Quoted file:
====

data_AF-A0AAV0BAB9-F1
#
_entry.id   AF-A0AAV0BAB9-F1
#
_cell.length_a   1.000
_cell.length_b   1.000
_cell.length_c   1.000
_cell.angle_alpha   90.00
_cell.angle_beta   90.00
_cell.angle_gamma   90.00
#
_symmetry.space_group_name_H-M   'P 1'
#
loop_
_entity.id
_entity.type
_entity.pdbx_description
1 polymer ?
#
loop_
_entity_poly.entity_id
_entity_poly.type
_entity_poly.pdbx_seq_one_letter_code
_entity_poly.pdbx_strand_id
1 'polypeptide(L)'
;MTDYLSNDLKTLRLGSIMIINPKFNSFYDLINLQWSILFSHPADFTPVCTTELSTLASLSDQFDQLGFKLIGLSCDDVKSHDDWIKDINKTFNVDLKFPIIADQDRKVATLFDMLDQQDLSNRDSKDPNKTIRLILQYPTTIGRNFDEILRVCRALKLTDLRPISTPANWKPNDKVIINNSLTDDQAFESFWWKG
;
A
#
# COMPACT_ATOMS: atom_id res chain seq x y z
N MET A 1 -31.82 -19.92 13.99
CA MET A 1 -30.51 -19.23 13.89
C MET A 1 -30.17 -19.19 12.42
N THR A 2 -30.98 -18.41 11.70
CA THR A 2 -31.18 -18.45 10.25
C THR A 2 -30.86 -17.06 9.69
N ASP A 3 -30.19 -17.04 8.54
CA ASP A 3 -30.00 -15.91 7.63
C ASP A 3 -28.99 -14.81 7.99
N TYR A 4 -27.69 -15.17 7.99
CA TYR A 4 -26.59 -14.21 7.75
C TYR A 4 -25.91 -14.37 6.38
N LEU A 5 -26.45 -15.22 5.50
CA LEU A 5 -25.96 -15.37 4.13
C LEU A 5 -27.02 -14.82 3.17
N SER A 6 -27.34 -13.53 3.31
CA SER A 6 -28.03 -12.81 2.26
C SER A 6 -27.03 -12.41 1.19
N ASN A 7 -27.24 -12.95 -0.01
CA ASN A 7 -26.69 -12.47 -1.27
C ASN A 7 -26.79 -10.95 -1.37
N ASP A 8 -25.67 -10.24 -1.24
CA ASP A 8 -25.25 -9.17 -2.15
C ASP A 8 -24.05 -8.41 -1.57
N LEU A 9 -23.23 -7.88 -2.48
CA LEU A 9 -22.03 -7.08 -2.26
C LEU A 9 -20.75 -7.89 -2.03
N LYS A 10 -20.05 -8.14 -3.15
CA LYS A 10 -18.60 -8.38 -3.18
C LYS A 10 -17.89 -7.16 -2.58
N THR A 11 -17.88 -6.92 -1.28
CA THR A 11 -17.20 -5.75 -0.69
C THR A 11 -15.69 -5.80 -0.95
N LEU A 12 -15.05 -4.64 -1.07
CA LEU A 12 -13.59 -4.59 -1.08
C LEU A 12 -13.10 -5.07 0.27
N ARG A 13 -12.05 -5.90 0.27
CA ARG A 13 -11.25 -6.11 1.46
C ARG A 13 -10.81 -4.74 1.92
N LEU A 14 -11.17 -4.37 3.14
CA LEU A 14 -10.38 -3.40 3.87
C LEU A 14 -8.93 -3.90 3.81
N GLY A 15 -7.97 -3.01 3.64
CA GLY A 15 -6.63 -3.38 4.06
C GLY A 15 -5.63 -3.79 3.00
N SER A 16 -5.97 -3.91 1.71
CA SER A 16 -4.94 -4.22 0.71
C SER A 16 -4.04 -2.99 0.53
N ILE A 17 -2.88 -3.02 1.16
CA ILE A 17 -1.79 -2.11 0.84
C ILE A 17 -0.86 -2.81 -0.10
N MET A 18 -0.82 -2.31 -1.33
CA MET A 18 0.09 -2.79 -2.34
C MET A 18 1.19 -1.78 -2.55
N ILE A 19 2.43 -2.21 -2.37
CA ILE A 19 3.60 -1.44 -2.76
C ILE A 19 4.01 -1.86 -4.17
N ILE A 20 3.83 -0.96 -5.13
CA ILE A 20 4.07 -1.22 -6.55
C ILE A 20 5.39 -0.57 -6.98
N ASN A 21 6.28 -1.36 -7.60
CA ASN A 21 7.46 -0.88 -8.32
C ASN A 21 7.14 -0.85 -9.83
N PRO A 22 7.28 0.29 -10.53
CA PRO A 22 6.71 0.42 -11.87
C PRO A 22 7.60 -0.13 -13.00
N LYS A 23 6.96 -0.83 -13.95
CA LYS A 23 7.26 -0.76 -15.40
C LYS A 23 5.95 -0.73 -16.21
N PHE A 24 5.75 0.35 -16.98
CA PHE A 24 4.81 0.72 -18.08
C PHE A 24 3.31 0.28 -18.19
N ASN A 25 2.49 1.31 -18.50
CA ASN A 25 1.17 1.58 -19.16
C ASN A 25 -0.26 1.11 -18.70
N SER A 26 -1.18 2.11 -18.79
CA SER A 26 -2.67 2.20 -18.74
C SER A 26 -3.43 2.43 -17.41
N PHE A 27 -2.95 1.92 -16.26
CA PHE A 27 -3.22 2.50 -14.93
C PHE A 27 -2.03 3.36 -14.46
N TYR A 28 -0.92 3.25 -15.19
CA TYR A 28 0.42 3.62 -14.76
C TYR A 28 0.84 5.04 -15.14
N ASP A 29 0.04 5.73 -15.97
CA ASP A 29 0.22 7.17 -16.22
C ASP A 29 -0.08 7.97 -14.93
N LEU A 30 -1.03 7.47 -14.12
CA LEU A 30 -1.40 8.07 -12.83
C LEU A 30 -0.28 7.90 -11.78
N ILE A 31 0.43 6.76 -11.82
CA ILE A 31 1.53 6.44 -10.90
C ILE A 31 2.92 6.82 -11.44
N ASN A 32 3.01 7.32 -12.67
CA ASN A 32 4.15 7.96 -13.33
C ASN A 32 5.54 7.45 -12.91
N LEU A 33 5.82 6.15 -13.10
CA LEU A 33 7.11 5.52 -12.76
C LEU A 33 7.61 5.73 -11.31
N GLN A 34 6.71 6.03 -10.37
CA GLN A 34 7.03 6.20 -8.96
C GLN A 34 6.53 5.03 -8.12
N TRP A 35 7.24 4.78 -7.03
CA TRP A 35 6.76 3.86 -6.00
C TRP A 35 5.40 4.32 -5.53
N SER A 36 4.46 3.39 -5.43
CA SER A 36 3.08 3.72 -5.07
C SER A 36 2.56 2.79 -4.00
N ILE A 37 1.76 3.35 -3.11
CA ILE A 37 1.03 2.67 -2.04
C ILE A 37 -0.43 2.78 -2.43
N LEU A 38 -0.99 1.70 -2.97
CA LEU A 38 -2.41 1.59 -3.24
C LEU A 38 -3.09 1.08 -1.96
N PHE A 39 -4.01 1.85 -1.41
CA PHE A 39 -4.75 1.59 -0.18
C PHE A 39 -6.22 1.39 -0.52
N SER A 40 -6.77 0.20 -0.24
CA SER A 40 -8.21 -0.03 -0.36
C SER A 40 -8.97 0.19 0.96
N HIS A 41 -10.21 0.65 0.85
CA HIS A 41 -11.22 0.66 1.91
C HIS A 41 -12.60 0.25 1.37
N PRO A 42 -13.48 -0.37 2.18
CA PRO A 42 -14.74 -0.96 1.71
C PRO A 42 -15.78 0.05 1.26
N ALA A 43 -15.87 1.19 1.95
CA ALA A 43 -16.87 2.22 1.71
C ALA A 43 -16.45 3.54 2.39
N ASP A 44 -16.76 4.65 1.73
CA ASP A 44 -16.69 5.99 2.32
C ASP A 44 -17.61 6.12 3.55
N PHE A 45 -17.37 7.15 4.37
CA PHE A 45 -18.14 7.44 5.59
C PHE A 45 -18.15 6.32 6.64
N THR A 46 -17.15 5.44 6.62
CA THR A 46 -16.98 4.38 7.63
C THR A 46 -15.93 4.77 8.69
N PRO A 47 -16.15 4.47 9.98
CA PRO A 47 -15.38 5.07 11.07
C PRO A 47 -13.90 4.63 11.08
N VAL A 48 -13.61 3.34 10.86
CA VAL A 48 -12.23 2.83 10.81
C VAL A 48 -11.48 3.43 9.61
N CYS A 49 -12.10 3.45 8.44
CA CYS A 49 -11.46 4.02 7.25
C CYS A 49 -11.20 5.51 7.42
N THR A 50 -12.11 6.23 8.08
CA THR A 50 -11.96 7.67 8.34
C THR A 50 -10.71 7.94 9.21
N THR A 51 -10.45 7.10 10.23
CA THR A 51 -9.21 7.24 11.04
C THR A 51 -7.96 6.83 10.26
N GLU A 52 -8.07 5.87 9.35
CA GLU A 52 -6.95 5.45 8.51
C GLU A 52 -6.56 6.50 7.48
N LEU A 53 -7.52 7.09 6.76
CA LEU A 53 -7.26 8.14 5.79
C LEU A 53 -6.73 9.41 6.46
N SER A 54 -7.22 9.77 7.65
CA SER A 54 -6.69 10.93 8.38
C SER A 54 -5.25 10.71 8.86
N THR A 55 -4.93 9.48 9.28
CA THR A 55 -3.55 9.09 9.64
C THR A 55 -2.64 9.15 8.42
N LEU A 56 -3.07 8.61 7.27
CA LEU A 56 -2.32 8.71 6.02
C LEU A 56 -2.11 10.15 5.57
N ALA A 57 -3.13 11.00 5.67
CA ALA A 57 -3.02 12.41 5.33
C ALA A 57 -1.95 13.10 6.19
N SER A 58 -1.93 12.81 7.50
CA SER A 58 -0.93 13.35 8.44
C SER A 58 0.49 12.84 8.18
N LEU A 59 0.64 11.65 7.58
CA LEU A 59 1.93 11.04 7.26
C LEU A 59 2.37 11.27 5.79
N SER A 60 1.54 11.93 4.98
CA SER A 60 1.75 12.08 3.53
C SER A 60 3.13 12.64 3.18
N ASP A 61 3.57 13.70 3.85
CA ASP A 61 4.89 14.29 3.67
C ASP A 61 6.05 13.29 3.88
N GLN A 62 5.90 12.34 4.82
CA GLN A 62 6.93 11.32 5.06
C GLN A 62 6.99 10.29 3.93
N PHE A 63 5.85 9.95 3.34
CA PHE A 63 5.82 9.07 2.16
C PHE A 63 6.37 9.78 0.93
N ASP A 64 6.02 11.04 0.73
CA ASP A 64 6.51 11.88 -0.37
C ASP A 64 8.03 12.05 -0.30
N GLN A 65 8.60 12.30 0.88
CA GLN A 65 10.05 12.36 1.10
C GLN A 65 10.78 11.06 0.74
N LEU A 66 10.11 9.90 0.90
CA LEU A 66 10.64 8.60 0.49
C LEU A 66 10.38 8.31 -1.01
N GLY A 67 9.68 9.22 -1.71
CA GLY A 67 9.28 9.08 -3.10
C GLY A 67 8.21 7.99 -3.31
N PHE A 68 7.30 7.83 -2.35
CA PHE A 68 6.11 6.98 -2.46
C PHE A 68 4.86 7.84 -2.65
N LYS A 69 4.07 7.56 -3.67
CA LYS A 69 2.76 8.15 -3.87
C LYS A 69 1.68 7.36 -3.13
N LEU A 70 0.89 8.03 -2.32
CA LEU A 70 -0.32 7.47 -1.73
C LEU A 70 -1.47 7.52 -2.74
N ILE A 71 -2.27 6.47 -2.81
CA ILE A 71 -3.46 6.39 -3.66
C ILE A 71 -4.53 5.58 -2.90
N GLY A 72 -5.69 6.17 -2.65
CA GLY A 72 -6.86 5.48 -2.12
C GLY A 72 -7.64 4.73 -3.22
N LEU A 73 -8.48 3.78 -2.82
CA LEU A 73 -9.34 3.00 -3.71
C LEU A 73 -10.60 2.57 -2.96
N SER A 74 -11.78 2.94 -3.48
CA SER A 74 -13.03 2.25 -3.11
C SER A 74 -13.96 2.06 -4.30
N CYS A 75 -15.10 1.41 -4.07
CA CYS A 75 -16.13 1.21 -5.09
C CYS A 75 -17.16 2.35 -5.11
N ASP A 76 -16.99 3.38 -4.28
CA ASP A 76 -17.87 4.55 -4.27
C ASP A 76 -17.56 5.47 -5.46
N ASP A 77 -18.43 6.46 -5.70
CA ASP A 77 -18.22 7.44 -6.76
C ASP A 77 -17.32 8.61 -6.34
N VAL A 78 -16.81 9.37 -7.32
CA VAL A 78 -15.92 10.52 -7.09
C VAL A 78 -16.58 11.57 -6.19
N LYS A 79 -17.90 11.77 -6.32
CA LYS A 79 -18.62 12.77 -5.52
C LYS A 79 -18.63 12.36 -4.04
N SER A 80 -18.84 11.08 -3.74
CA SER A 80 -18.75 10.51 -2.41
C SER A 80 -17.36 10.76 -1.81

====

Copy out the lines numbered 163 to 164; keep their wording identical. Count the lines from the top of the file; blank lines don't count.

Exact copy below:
N PHE A 45 -17.37 7.15 4.37
CA PHE A 45 -18.14 7.44 5.59